By Girija Madhavan
In diplomatic life, bonds of friendship overcome cultural barriers. For diplomats, getting to know the people of the country in which they are posted is a satisfying objective.
In the Indian Embassy in Bonn, in the late 1980s, we met and made friends with Germans, appreciated their values and punctiliousness. Gisela Bonn [1909- 1996], writer and Indologist, was a well-known personality in both German and Indian circles. She was decorated with a Padma Shri in 1990 for her contribution to Indo-German relations. A slim, elderly woman with upswept hair, luminous pearl earrings and necklace, she favoured an old fashioned but still elegant style of dress. She was a friend of Indira Gandhi and was close to the family. We met her for the first time when Prime Minister Rajiv Gandhi visited Germany in June, 1988.
We invited her to dinner when she visited Bonn from Stuttgart where she lived. She arrived punctually and, though formal at first, soon relaxed. Choosing beer to drink, with a smile she asked to retain the foam on top of the beer [I love that best]…that foam broke the ice. She knew Bhutan well, with connections to the royal family as well as the Abbots of temples. She offered to show us special treasures, not on view to the general public, if we could visit Bhutan with her. But that was not to be. We kept in touch with her for the few years left and were saddened by her death in 1996.
Gunther Schoedel [1922-2015] with Erika his wife, was the German Ambassador to India; a popular couple in New Delhi. After retirement, he settled in his home of Berchtesgaden in the German Bavarian Alps. While on a holiday in Bavaria, we were invited to lunch at their home. Gunther and his small grandson, Dominic, were waiting for us at their gate. Dominic was perfectly behaved except when Gunther seated Madhavan at table. His face puckered, “But that is Opa’s [grandfather] chair”, he sobbed. He was mollified when the seating was rearranged and raised his feeding bottle to a toast to friendship which we adults drank in Bavarian wine.
Gunther took us sightseeing, omitting with tacit consent, the places overlaid with Nazi memories. The Bavarian Alps are majestic in their lofty beauty. Adolf Hitler’s favourite home, the Berghof, was in Obersalzberg, a mountain retreat above Berchtesgaden where he spent many of the war years. It was destroyed in 1953. From Berchtesgaden, Gunther drove us to Salzburg in Austria, just 34.4 kms away, to see the home of Mozart. The trip concluded with our inviting him to a farewell drink in Salzburg. We kept in touch with the Schoedels till 2015 when Gunther passed away at 93, lover of India, a well-read, polished diplomat and a delightful personality.
The Altmans, Paula and her husband, invited us to their home in Essen and I met Max, Paula’s pet Mynah who could talk. When the phone rang, he perfectly imitated Paula saying “Altman.” He could speak sentences in German, “Aber das ist zu laut” [But that is too loud] and or “Danke”. He loved small chocolates wrapped in colourful, glittery paper. So I took him a bag of these whenever we visited. The story of Max the Mynah, ended sadly. Paula herself was diagnosed with cancer and could not care for Max like before. One winter evening, he escaped from his cage, fluttered out of the window, perching on a tall tree outside. Braving the cold, Paula climbed the tree to catch Max who was making alarm calls of “Achtung! Achtung!” [Watch out]. As she closed in on him, he would flutter to a higher branch, finally flying away from the tree… to be lost. Paula herself did not survive for long, succumbing to her cancer.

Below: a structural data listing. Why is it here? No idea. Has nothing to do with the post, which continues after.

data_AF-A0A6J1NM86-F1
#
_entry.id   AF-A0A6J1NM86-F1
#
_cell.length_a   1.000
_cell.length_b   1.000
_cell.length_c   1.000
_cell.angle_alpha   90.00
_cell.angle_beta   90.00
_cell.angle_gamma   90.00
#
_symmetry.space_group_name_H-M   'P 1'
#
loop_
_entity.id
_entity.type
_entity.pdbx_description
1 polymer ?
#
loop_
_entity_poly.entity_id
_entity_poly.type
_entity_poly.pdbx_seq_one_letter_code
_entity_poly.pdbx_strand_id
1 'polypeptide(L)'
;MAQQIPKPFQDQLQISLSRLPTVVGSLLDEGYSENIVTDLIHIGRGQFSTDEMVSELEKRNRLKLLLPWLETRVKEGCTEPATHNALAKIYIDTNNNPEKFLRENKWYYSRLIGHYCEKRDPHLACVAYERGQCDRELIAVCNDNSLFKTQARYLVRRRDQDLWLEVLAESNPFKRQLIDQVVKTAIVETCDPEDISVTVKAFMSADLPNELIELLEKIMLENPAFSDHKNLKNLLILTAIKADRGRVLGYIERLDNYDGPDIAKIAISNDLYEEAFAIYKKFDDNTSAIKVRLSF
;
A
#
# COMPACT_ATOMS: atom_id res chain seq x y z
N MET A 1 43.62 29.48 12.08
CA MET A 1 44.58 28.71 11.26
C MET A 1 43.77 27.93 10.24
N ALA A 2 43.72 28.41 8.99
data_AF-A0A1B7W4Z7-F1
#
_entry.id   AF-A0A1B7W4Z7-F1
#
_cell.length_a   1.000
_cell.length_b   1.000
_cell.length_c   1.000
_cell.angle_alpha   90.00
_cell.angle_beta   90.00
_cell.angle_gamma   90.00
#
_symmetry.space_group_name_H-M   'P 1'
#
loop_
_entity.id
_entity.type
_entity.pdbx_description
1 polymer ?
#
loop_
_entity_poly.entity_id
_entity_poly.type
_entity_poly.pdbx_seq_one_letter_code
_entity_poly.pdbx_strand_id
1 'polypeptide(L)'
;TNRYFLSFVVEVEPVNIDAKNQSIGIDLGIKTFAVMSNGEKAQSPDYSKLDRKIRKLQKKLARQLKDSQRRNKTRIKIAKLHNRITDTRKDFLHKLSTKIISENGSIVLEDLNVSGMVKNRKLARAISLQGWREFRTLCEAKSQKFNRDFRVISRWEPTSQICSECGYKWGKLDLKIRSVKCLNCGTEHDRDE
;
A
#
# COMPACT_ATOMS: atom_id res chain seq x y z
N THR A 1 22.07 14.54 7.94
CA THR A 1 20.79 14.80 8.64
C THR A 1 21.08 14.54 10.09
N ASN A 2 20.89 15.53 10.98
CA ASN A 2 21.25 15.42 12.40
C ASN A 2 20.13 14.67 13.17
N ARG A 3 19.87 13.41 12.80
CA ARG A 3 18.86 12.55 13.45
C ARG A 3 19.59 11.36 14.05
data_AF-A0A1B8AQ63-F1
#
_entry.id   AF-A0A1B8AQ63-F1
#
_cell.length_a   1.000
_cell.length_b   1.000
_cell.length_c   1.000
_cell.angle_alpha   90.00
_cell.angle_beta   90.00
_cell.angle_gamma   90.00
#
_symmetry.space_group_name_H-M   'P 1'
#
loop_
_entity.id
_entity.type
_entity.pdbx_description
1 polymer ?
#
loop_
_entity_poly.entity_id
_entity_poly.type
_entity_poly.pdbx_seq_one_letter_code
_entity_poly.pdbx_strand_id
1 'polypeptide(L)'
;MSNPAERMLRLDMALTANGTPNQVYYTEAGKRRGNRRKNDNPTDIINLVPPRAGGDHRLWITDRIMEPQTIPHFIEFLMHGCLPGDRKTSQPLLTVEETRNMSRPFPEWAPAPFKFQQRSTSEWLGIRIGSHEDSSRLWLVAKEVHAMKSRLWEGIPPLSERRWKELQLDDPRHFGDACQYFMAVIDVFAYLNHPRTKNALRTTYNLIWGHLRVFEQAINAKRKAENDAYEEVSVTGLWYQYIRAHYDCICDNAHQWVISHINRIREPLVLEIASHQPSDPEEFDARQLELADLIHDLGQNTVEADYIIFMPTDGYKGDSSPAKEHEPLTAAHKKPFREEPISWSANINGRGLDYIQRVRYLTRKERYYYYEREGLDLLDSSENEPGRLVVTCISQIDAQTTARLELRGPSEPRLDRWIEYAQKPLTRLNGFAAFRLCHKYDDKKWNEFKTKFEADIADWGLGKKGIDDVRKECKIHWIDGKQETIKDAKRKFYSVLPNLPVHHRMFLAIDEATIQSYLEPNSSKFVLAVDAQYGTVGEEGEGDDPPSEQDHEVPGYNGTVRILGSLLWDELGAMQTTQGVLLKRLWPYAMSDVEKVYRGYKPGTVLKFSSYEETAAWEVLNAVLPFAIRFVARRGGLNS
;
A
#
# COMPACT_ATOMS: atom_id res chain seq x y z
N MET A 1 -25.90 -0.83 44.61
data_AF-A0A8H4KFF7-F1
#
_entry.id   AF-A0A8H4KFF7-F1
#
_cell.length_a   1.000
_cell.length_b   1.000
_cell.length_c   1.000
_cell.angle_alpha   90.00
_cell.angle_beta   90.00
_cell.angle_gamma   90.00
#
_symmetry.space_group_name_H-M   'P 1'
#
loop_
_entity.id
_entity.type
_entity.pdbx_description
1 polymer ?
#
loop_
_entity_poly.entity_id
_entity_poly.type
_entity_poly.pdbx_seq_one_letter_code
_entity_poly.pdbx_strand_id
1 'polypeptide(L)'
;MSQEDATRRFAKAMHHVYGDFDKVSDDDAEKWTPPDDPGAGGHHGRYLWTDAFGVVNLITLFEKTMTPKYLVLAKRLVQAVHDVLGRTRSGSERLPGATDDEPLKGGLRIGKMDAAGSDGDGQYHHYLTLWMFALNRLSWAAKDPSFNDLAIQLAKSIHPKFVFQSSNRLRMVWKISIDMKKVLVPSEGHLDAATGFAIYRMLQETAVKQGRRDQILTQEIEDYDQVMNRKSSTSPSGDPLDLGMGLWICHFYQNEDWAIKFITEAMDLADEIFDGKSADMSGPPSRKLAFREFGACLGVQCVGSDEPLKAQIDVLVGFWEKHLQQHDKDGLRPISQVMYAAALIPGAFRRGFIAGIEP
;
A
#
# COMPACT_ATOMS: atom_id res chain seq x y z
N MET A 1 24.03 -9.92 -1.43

Indians from different parts of India, of varying education or financial standing have settled in Germany over the years, bringing credit to themselves and to India.
Soni Chopra joined Deutsches Welles because of her fluency in German and organised programmes for Indian audiences on the radio. She persuaded me to sing a song in one of her broadcasts to India and talk about music.
The Tagore Institute, offering lessons in Indian instrumental and vocal music, was started and run by Mrs. Pandit, a middle-aged Bengali lady. Several young Afghans were also students there, learning the tabla. Sadly, Mrs. Pandit’s twenty-eight-year-old son was mentally challenged and wheel-chair bound. The unfailingly tender care she gave him was moving. Her husband had distanced himself from them early on and remarried. Disconcertingly, she would bow to touch his feet whenever she met him.
Prime Minister P.V. Narasimha Rao was visiting Germany. A list of the vegetarian dishes he could eat had been telexed to us; snake-gourd, plantains, drumsticks and bhindi being the vegetables favoured. The PM’s daughter, on tour with him, was an artiste herself. I was to accompany her that morning on museum visits; a pleasant task for me. Afterwards, the PM, his daughter and some officials would lunch with us. But who would cook? Then I thought of “Titus.” Despite the Shakespearean allusion, Titus was an elderly man from Kerala who also spoke Tamil. He had been trained by a multi-talented Foreign Service wife, the beautiful Usha Venkateshwaran. After retirement, he had found his way to Germany and settled there. He chose the menu, typical Southern fare, but to my unease, insisted on soup as a starter. A big pot simmered away with tomatoes, onions… and a magic ingredient, also vegetarian, that was secret. The fragrant, smooth soup that Titus served was a big success. Named “Titus Soup”, I make it even now, but without the secret spice.
Those days carry memories of tension eased by success, of bonding with different folk across the seas in an affirmation of friendship and goodwill.